Office space in Yangon costlier than Manhattan's
Property boom is on as foreign firms rush into a Myanmar that's now open for business
Sean Danley has spent the past six months scouting office space in Yangon after being sent to establish the Myanmar branch of his United States-based employer.
He looked in the city's sole three 1990s-era towers, where annual rents have climbed to more than US$100 a square foot, compared with less than US$75 in downtown Manhattan, according to broker CBRE Group. Too expensive, he said.
The villas he considered either did not have safety exits, were not clean, required sharing space with other companies or were in odd locations - all unsuitable to the image of his US$29 billion-in-revenue engineering and construction firm. After seeing 10 places and losing one possibility to someone faster with his "bag of money", Danley is still looking.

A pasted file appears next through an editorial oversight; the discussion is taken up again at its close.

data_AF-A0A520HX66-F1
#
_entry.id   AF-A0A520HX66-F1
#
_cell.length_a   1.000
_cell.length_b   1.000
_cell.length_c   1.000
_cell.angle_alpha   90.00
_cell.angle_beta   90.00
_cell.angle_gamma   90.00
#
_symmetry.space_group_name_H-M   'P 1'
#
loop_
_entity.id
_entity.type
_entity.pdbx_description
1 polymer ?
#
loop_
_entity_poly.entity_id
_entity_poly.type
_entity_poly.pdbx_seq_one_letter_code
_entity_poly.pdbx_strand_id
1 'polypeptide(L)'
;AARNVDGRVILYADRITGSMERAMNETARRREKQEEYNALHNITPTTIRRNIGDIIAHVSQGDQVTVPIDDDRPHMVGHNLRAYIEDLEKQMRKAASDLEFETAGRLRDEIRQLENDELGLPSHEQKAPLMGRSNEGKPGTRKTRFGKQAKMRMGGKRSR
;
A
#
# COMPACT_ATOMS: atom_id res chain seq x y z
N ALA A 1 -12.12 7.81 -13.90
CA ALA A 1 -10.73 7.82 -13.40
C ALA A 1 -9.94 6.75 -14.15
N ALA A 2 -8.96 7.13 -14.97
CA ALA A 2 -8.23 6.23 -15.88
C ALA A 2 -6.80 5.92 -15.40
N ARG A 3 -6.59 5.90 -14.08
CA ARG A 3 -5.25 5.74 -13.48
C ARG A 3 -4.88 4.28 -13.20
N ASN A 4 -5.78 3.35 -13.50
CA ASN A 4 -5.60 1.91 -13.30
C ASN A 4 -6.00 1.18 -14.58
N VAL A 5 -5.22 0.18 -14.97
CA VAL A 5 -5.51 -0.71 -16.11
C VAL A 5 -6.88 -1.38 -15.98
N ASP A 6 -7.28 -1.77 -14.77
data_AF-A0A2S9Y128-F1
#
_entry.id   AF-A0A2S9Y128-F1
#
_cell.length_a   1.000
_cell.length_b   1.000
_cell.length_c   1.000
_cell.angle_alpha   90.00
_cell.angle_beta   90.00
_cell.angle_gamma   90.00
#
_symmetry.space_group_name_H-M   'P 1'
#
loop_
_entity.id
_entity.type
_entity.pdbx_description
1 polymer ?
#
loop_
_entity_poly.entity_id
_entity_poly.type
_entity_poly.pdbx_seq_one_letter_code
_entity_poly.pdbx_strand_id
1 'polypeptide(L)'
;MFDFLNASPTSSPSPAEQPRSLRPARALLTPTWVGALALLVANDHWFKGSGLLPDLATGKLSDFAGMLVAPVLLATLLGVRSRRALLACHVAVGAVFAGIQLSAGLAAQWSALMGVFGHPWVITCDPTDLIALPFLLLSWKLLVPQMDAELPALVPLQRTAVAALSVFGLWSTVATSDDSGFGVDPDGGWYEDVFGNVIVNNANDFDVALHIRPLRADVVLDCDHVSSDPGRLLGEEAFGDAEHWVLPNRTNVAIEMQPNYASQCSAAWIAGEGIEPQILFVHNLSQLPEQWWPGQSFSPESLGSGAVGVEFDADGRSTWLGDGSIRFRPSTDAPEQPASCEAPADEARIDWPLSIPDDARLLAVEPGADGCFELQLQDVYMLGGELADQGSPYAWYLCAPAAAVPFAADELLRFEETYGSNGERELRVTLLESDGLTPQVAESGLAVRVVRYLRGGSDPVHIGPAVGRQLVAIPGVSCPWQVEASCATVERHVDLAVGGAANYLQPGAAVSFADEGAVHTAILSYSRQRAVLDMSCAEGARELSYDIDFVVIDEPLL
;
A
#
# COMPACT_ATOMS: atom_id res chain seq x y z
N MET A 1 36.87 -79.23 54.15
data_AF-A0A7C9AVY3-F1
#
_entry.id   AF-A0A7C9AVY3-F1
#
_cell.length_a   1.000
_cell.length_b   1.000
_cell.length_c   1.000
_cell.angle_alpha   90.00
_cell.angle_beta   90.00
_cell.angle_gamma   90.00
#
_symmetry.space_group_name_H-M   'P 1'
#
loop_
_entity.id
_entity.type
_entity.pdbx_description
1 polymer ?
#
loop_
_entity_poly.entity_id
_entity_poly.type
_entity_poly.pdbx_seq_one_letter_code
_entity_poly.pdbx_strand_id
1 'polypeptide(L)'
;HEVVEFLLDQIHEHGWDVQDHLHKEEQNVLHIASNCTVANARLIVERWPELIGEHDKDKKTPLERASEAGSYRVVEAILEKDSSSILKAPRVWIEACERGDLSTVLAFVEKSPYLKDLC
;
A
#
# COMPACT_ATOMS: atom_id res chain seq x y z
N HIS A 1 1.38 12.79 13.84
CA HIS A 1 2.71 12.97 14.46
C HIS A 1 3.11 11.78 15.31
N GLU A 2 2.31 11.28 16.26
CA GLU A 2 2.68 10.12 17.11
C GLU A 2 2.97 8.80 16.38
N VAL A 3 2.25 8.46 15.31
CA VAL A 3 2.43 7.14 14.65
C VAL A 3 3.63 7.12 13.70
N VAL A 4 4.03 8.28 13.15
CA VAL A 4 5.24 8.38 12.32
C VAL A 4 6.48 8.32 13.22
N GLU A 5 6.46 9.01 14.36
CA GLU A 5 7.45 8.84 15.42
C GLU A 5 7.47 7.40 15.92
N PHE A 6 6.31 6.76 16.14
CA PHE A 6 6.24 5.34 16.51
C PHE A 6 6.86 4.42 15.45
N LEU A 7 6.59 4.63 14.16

"We can't move into a space where someone's cooking up nasi goreng on the sidewalk all night," he said.
Developers are rushing to solve Danley's problem, one faced by hundreds of multinational companies setting up operations in Myanmar following its political opening and easing of international sanctions.
Yangon, the commercial capital, needed at least 8.7 million sqft of office space to support the influx, Yoma Strategic said. About 1.9 million sqft would be available by the end of 2015, against 600,000 now, Colliers International UK estimated.
"With rentals going up, and the shortage going to become more acute in at least the next seven years, it's an attractive market for foreign developers," said Cyrus Pun, executive director of Yoma, a Singapore-listed company that develops property in Myanmar and has seen its share price more than double since the April 2012 elections.